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Do Better Tools Make You A Better Artist? (Of Course Not)

by Shane Mehling
creativity

expensive tools don't make you a better artist

A guitar pedal. A four-hundred dollar camera lens. A fully-loaded laptop. A workflow app. Sable hair paintbrushes.

“If I only had that,” you think, “then my art would finally be able to live up to my expectations.”

We have all fallen into the trap where we’re convinced that the only thing holding us back from creating our masterpiece is that we just don’t have the right tools. But unless you’re buying a magic wand, we tend to overestimate how much value we’re getting for our money.

It’s not surprising — you see that rich, successful artist and see the cool stuff they use. The artist may even come out and say that they use this stuff exclusively and imply that it is a creative necessity. But how many of those wonderful necessities ended up transforming you into a genius phenom after you decided to hit the Checkout button on Amazon?

The answer is probably none. While sometimes we need new gear, and sometimes the high-end stuff is really the best way to go, it won’t make you a harder worker or birth a career’s worth of innovative ideas. What it will probably do is get used for a few weeks and when you aren’t finding yourself being contacted by the Guggenheim you’ll start having buyer’s remorse. You may even do worse work than before you drained your bank account.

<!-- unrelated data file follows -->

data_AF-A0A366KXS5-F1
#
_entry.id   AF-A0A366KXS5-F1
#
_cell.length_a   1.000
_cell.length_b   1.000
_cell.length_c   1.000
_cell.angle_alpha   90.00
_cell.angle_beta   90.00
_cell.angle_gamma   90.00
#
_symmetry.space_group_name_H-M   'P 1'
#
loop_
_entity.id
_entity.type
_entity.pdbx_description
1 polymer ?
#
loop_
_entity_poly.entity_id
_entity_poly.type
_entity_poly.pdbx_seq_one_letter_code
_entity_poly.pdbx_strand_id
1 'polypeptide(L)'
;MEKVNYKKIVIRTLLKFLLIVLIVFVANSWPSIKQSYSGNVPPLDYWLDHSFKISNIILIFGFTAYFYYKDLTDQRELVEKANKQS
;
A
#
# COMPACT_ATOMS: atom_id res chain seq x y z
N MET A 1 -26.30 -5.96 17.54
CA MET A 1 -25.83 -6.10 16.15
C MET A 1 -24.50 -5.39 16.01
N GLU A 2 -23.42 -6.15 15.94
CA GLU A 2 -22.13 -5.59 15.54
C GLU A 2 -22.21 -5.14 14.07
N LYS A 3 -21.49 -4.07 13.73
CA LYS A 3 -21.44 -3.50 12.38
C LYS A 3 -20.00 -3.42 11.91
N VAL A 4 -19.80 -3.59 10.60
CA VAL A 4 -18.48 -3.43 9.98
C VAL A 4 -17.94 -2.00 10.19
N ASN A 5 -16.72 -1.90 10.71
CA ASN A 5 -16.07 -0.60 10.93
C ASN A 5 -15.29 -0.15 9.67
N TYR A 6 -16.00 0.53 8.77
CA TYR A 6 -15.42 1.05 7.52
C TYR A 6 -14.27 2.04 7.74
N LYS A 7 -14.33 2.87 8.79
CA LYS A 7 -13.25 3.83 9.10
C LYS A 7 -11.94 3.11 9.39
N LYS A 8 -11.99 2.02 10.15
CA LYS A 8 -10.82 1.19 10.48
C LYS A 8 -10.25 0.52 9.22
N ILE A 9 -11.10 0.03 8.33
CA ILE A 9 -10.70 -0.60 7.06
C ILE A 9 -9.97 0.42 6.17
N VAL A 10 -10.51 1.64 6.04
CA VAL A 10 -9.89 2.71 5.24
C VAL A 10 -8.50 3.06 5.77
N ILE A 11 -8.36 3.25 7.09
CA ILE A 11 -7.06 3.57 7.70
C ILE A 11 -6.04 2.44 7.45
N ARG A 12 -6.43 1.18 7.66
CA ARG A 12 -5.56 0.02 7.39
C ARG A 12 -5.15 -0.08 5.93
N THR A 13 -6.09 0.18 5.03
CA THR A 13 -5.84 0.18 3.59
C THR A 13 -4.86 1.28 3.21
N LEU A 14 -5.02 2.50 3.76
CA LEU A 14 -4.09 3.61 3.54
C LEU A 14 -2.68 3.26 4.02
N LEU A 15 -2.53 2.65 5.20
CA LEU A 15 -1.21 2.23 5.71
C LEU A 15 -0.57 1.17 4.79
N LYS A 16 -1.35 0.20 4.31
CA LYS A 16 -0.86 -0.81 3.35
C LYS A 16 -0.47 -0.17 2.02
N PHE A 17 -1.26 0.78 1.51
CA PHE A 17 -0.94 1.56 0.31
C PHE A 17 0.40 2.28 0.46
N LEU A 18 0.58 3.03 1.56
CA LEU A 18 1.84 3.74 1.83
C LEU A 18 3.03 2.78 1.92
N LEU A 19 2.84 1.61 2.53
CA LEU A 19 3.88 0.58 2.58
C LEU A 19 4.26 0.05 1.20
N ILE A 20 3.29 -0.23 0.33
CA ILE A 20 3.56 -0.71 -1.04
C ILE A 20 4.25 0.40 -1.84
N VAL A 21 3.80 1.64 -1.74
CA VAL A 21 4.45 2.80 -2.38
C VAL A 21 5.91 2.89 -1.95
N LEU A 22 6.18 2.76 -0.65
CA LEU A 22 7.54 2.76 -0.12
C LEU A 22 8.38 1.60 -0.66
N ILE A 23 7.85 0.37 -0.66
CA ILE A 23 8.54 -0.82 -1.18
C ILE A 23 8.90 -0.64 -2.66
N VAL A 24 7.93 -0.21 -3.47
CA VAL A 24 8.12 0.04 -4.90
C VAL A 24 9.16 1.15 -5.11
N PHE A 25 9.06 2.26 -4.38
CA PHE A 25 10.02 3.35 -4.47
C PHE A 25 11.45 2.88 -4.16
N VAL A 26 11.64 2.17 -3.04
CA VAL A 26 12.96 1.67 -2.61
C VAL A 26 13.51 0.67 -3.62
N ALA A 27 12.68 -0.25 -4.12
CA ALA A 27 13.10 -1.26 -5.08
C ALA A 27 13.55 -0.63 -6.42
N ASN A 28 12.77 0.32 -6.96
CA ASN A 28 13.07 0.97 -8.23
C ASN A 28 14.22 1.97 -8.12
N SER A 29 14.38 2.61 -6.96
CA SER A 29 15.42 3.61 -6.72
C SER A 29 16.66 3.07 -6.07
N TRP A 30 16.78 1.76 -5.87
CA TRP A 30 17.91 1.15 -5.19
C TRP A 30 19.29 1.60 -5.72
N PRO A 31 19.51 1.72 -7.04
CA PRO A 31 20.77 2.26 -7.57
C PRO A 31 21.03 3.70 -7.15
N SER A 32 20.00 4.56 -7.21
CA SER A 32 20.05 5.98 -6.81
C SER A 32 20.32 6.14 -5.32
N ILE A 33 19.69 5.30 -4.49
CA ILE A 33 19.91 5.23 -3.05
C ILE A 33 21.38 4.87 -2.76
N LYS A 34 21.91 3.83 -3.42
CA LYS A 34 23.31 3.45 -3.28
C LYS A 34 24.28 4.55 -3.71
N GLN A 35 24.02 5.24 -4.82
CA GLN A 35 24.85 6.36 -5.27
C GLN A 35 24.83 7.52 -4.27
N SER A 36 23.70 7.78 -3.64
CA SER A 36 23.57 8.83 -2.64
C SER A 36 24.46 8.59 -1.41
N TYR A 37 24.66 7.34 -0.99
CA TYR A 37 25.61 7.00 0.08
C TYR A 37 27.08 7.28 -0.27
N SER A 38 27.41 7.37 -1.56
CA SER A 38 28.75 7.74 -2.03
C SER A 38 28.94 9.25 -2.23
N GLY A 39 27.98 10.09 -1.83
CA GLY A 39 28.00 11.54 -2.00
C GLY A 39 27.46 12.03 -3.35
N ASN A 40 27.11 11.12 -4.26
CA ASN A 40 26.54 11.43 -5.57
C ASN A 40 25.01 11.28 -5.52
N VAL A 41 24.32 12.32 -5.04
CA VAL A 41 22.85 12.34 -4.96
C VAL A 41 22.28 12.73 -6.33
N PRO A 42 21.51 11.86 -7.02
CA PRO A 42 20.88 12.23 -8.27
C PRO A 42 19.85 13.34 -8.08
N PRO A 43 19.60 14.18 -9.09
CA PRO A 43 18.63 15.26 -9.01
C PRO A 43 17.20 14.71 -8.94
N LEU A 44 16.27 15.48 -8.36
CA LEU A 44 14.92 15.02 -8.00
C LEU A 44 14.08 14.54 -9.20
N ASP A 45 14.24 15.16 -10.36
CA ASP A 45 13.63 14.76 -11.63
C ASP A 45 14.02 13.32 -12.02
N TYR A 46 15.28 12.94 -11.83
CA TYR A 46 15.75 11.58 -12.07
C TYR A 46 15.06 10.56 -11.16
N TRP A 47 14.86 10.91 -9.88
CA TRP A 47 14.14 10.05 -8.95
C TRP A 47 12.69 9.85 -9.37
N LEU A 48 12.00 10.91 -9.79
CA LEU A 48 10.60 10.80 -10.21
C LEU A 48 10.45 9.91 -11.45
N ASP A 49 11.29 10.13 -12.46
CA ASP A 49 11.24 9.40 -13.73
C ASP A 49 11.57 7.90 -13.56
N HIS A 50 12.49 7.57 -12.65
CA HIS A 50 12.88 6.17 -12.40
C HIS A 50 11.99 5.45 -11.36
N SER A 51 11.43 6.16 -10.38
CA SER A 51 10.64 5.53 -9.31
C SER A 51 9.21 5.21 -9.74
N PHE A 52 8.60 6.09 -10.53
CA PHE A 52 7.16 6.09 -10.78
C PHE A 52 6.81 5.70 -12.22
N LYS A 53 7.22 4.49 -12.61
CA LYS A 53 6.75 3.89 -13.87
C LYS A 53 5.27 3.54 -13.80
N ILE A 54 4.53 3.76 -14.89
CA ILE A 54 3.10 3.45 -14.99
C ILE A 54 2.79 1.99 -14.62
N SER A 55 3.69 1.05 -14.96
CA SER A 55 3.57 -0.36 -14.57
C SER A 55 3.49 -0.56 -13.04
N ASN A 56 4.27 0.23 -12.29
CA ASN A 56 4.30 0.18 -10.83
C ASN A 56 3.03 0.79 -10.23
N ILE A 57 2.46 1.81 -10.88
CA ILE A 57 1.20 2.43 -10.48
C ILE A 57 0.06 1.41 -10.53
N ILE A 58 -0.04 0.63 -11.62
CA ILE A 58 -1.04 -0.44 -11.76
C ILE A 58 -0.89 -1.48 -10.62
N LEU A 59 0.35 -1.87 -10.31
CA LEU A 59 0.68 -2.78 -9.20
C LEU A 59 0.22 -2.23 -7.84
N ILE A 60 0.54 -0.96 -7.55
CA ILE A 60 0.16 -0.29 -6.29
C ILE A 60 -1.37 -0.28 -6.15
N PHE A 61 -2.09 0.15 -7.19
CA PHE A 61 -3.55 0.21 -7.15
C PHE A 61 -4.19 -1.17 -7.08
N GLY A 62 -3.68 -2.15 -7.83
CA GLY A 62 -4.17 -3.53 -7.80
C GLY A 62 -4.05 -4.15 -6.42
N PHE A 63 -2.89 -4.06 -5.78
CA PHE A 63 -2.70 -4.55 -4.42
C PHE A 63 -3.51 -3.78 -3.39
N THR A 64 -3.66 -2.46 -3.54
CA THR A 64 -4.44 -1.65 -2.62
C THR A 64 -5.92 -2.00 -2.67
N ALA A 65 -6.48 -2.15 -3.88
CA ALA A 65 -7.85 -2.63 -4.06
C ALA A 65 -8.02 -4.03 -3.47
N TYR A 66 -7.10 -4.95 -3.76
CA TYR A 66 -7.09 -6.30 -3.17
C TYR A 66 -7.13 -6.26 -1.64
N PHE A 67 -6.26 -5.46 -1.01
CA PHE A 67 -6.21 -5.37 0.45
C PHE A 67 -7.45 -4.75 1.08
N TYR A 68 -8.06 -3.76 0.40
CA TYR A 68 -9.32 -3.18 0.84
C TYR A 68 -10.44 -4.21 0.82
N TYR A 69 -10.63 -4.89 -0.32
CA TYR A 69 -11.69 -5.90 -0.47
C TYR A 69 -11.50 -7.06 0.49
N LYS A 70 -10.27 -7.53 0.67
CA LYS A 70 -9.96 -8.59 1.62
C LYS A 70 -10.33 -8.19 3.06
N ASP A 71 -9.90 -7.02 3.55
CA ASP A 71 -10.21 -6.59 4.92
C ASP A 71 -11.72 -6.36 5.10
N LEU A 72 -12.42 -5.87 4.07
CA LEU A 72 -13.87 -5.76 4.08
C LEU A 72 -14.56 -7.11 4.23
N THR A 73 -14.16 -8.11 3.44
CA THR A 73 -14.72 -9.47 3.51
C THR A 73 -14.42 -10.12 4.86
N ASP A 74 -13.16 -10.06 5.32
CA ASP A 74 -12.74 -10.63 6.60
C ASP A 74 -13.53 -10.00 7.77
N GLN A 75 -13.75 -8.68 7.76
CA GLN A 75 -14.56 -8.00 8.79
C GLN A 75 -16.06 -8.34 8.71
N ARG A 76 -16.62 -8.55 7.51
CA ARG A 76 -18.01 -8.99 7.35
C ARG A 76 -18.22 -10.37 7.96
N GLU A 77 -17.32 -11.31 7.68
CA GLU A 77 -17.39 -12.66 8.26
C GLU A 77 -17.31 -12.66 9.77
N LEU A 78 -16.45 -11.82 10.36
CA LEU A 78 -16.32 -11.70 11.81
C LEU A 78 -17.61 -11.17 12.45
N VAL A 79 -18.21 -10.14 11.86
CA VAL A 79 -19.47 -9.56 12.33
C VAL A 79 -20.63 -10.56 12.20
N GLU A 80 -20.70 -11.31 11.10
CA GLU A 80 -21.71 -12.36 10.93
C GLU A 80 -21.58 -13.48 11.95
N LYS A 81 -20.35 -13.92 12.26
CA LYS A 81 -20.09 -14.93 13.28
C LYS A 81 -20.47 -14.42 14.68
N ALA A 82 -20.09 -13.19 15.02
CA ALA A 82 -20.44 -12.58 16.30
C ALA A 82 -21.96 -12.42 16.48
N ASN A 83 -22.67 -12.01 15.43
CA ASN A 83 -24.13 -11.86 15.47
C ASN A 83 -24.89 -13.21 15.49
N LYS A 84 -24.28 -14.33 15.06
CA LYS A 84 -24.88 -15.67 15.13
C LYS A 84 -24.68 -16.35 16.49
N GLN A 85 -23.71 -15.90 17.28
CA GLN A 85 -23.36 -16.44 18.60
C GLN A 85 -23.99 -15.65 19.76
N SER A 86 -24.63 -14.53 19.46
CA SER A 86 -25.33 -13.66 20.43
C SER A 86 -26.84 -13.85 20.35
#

Or even more troubling, you don’t even allow yourself to face this reality. Instead you say, “Well, since I can’t afford it, there is no reason to do my project.” Then not only are you missing out on doing a cool, fulfilling thing, but you’re bummed on yourself for being broke.

But the thing is, most every project can be figured out if you remember a very important word: improvise. If you really want to do it, if it is something that you really think needs to be finished, then you will find a way that doesn’t require praying you’re in your great-uncle’s will. Classic movies, books, paintings, photos and records have all been done by the stereotypical starving artist. If they could create their dreams for a discount, so can you.

The electronic musician Squarepusher is known for his expertise when it comes to the gear he plays. He is a tinkerer who takes apart his equipment and figures out new and interesting ways to get sounds out of it. He says the first “instrument” he played was a radio he built as a kid. He didn’t need an AKAI MPC or Pro Tools or a trip to Guitar Center to make sounds that were interesting to him. He just needed some curiosity, some know-how and a lot of creativity.

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Shane Mehling

Shane Mehling is a freelance writer and editor who plays in noiserock bands.